The political climate in Illinois is nothing less than a national embarrassment. Last January, we impeached and removed our sitting governor from office. Come next June, he will face trial on charges that will likely lead to imprisonment, making him the fourth of the last seven Illinois governors to go from the executive mansion to the jailhouse. Our state faces a $10 billion structural deficit, and generations have grown up alongside a pay-to-play culture perpetuated by systemic corruption. It therefore comes as little surprise that our citizens look elsewhere for political leadership or withdraw from the public arena altogether. A new report released today by the National Conference on Citizenship confirms these ugly facts.
The NCOC has published the National Civic Health Index since 2006, and began releasing select state supplements last year in Florida, Ohio and California. Today, with funding from the McCormick Foundation and the skill and expertise of the Freedom Project, the NCOC releases its first Illinois Civic Health Index.
Among the lowlights:
- Trust in Illinois state government is at a serious low. Only 15 percent of Illinoisans said they believed the state government did the right thing most of the time, compared to 27 percent nationally.
- Illinoisans have been cutting back on civic engagement for years, and at a faster pace than the rest of the country. In 2006, state residents were more likely to volunteer than the national average. These trends flipped to less likely in 2009, with 24.9 percent volunteering statewide, and 26.5 percent nationally. From 2003 to 2006 alone, there was a 22 percent reduction in Illinoisans' volunteer hours.
- In 2009, state residents cut back volunteering by 76 percent, higher than the 72 percent national average.
- Illinois Millennials (ages 15-29) also showed lower levels of engagement than their national peers: 77 percent revealed cutbacks since 2008 as opposed to 71 percent nationally.
- Not only do Illinois Millennials volunteer at a lower rate than their generational cohorts (39 percent), Gen-Xers (47 percent) and Seniors (48 percent), they also trail their peers nationally.
- In fact, Millennials lead the way in terms of volunteerism nationally (43 percent participation).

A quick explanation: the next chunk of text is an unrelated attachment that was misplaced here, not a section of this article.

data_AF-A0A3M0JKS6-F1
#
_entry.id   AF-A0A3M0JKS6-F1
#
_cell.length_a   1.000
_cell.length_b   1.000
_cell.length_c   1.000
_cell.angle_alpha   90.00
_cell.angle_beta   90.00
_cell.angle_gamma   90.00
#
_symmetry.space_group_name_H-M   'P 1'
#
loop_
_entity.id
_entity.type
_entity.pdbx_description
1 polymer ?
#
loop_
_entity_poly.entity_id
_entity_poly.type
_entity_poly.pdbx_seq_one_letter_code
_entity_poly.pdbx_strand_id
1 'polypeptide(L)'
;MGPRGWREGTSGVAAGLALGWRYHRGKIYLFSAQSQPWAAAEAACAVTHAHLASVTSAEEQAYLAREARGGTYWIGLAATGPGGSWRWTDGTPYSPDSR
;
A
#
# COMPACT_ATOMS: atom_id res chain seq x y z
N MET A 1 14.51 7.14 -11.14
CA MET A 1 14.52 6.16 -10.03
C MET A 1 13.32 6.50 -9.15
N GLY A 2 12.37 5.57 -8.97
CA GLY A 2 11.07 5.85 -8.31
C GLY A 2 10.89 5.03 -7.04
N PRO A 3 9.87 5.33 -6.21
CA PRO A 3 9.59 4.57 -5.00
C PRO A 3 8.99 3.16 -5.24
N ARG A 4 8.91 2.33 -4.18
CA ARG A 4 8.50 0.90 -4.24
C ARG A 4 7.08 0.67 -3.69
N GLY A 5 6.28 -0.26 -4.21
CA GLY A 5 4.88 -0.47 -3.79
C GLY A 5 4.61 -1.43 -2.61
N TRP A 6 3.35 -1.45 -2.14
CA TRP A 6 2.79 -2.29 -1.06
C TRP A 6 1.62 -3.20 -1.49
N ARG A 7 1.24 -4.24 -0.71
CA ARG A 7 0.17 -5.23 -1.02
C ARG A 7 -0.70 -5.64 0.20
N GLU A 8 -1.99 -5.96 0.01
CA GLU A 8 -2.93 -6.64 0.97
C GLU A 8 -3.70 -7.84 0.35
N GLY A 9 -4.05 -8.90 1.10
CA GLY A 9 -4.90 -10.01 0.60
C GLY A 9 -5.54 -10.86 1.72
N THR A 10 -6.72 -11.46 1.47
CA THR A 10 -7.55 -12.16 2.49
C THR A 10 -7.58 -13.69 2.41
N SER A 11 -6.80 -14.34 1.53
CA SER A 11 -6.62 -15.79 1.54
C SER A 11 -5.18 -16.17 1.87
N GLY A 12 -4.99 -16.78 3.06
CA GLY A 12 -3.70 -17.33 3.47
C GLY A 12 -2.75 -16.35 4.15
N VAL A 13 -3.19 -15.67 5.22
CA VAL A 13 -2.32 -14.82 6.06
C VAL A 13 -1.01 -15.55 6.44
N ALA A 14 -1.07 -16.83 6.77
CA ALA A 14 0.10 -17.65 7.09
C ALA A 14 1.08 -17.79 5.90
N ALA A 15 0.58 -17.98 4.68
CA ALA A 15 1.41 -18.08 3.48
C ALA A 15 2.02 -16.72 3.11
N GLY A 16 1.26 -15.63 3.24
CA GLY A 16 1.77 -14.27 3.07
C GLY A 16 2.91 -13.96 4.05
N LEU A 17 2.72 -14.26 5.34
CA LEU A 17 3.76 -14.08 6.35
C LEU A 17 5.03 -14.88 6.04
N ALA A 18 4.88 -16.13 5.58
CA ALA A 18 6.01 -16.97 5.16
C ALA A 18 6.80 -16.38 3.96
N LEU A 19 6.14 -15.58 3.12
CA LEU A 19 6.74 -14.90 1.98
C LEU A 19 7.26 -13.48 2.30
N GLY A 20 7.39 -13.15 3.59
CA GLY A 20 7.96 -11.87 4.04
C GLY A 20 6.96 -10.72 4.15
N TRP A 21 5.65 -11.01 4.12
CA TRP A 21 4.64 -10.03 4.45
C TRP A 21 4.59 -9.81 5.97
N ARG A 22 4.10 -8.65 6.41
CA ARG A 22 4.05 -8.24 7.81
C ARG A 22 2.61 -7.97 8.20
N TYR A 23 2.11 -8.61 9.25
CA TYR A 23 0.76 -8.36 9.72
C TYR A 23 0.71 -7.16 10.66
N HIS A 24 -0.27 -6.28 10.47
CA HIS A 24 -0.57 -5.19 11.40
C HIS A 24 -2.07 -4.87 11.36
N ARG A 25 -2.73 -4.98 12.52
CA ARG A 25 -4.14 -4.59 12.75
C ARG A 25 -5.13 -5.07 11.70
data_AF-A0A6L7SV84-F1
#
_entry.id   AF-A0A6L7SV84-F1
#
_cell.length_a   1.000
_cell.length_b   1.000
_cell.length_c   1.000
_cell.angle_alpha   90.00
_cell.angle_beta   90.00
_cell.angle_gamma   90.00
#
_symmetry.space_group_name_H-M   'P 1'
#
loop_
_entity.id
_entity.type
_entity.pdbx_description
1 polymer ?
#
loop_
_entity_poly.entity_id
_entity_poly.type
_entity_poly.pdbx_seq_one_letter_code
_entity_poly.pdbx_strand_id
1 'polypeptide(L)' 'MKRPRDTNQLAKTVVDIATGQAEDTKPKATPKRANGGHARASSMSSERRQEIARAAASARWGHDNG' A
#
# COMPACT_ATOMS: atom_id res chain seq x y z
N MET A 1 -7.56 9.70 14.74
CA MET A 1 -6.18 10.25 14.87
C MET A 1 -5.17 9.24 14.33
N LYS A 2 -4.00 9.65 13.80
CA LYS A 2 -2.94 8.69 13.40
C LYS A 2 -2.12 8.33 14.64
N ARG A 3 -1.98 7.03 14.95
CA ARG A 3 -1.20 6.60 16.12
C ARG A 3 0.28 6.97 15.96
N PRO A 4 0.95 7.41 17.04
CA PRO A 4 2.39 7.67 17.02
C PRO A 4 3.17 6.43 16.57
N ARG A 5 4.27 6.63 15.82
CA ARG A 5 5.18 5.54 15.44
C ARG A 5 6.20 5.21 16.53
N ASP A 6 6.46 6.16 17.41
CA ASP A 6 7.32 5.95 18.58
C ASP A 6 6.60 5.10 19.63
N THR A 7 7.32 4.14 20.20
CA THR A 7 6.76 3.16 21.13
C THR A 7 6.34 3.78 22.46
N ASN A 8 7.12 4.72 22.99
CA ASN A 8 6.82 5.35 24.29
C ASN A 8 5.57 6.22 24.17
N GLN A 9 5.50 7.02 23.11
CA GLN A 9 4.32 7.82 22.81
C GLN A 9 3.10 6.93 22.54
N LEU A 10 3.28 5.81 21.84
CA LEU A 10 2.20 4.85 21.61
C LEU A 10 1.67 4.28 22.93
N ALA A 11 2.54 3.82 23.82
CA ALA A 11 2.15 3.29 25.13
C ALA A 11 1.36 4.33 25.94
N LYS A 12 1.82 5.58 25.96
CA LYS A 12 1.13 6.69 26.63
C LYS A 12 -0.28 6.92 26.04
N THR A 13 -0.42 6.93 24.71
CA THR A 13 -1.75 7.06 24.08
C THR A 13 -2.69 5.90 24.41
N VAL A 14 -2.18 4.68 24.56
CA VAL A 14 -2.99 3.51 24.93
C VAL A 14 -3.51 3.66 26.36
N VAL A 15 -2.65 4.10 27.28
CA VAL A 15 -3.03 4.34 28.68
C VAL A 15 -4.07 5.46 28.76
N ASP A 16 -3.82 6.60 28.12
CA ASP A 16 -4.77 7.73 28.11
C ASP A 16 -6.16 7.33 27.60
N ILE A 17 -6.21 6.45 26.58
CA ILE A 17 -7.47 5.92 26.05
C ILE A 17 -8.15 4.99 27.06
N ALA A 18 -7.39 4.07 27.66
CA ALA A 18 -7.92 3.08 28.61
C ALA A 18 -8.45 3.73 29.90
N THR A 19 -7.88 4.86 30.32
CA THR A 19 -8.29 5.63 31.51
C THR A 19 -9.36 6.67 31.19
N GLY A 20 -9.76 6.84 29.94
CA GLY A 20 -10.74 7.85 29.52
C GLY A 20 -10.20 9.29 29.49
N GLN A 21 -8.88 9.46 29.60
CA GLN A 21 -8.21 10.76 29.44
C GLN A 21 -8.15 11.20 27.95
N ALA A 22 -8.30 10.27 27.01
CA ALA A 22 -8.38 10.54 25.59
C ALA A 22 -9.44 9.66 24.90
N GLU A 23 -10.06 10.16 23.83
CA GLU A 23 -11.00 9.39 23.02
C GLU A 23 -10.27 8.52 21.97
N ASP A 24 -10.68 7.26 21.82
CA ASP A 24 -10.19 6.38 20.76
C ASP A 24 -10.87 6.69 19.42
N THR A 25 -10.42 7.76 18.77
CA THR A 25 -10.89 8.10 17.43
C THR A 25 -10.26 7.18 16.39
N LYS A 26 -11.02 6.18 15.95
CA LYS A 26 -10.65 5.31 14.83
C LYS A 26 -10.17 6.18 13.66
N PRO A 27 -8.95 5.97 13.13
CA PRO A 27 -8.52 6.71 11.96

At play are dual forces that are catastrophic for citizens of the Land of Lincoln. One, the deepest recession in a generation has forced Americans to focus inward, and Illinois has been disproportionally affected by these devastating economic forces. Two, endemic corruption punctuated by scandals at all levels of government in Illinois have bred apathy and widespread disengagement. Why participate in a system fixed for the powerful few?
This pile of depressing information considered, there were a few bright spots that emerged from the gloomy data. While citizens have lost faith in Springfield, they are willing to ask Washington to rectify our civic health deficit.
- 75 percent of Illinoisans support a policy that would require all state high school students to complete community service.
- 72 percent endorse a requirement for all high school students to pass a new government or civics test.
- 89 percent back a proposal to provide college tuition assistance for service.
I might humbly suggest that the answer to our deficit lies closer to home. The obvious policy solutions have already been pursued, some of them enacted, and others on the verge. They include greater transparency in the business of state government, a strengthened Freedom of Information Act, and campaign finance reform, but are by no means a panacea. We must also find a way to bring young people back into the system, and a renewed commitment to civic education is the preferred course.
The Illinois Civic Blueprint, a product of the Illinois Civic Mission Coalition and the Freedom Project, provides a framework to restore of state's schools to their original purpose: to prepare young people for their roles as citizens in self-government. It marries civic education providers with school districts across the state, offering professional development for teachers and civic learning opportunities for students. It features schools across the state who are already leading the way. It puts forth a process, a "civic audit," by which school teams can assess the degree to which civics is incorporated across the curriculum based on six promising approaches, identifying deficiencies along the way and providing the resources to rectify them. Finally, it elevates exemplary institutions with "Democracy School" recognition.
The question to Illinois citizens and their elected officials is this: Are you sick and tired of the morass that has blanketed this formerly proud state on account of leaders who have continually failed and flouted the public trust? We provide the answers today when we encounter these grim details, tomorrow when we take civic action, and next year when we flock to the polls, and I am hopeful that the next measurement of our civic health is the first indicator of a welcome and long-awaited renewal.